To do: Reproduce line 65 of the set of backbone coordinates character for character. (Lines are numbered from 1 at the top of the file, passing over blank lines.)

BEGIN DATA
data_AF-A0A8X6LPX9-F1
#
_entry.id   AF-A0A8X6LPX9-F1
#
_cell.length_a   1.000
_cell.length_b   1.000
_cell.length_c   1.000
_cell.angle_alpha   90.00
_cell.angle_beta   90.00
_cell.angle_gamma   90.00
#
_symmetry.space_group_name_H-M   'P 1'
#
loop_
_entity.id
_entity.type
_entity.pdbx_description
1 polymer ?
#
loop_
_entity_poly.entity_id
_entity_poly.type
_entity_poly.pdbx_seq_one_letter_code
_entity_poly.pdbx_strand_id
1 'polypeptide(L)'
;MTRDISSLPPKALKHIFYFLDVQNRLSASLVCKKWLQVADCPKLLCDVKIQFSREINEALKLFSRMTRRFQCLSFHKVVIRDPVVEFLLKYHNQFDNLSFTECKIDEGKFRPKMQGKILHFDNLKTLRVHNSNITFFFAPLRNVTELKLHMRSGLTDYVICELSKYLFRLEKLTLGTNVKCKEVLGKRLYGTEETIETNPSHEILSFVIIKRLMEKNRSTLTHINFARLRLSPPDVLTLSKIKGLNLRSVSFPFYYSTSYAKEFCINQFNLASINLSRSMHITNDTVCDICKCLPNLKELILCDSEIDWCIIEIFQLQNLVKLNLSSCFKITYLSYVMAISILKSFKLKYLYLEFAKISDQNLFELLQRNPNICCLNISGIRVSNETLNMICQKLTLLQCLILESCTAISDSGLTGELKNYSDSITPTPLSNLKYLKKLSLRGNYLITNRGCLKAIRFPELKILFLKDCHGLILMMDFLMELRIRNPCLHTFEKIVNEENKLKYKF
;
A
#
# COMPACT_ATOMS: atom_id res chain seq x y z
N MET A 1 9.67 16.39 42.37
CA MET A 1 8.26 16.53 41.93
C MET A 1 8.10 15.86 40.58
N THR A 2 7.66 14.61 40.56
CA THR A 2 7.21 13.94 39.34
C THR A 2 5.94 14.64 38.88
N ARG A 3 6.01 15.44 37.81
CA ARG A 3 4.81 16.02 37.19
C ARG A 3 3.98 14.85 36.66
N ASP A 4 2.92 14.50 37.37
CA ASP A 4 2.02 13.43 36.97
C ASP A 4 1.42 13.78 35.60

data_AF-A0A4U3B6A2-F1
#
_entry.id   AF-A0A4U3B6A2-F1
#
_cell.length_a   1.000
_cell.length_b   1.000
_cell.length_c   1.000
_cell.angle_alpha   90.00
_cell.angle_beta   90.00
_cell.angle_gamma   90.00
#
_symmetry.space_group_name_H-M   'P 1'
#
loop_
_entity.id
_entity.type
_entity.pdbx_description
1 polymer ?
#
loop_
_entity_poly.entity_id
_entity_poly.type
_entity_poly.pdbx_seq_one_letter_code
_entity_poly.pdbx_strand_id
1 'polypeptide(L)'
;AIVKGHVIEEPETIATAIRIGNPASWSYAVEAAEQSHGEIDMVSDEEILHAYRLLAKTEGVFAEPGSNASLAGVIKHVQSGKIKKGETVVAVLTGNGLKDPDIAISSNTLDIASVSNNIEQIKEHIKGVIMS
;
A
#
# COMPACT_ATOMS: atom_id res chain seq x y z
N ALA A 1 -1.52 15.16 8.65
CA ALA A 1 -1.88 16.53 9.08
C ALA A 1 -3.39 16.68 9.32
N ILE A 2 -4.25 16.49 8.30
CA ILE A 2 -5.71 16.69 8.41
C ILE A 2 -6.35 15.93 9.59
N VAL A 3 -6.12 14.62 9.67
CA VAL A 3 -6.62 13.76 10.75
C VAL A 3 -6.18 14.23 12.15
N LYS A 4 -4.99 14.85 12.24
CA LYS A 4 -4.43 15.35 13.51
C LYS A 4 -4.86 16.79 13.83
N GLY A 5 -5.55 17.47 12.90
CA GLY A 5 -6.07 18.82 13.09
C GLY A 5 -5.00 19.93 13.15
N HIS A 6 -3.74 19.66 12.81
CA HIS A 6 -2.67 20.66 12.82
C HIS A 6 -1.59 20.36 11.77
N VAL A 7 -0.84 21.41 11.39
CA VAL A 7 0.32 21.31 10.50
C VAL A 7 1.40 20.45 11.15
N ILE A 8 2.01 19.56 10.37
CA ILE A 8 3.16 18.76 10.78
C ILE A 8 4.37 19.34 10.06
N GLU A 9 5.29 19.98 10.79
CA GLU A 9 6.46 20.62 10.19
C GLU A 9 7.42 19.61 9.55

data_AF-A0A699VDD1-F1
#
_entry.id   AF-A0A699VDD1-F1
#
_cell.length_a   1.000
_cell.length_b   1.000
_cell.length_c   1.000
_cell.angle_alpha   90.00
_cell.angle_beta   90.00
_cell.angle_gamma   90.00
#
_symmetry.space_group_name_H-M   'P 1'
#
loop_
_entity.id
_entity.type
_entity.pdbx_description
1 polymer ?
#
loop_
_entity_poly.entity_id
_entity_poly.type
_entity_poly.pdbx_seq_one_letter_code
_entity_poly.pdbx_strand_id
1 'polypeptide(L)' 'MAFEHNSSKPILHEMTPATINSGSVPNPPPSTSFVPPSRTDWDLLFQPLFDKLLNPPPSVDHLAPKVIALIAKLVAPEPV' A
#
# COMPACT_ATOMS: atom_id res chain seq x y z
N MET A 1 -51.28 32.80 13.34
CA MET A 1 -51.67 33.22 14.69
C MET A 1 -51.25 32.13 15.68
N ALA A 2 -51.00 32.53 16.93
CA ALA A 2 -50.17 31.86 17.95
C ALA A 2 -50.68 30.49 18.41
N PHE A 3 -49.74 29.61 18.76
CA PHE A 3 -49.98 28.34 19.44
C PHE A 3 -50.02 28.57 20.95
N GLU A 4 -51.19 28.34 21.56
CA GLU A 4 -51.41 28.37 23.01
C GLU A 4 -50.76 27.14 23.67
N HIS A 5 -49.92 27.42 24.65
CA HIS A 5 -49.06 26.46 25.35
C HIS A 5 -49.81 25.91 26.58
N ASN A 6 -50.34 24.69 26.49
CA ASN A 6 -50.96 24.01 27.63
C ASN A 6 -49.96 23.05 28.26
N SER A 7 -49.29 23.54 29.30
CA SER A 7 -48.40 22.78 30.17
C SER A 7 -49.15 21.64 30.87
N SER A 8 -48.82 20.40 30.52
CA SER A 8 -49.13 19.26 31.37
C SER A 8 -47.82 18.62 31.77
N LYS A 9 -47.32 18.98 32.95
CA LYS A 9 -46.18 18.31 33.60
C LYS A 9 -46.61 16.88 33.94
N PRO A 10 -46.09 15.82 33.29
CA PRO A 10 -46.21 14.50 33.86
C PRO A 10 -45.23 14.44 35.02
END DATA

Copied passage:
_entity_poly.pdbx_seq_one_letter_code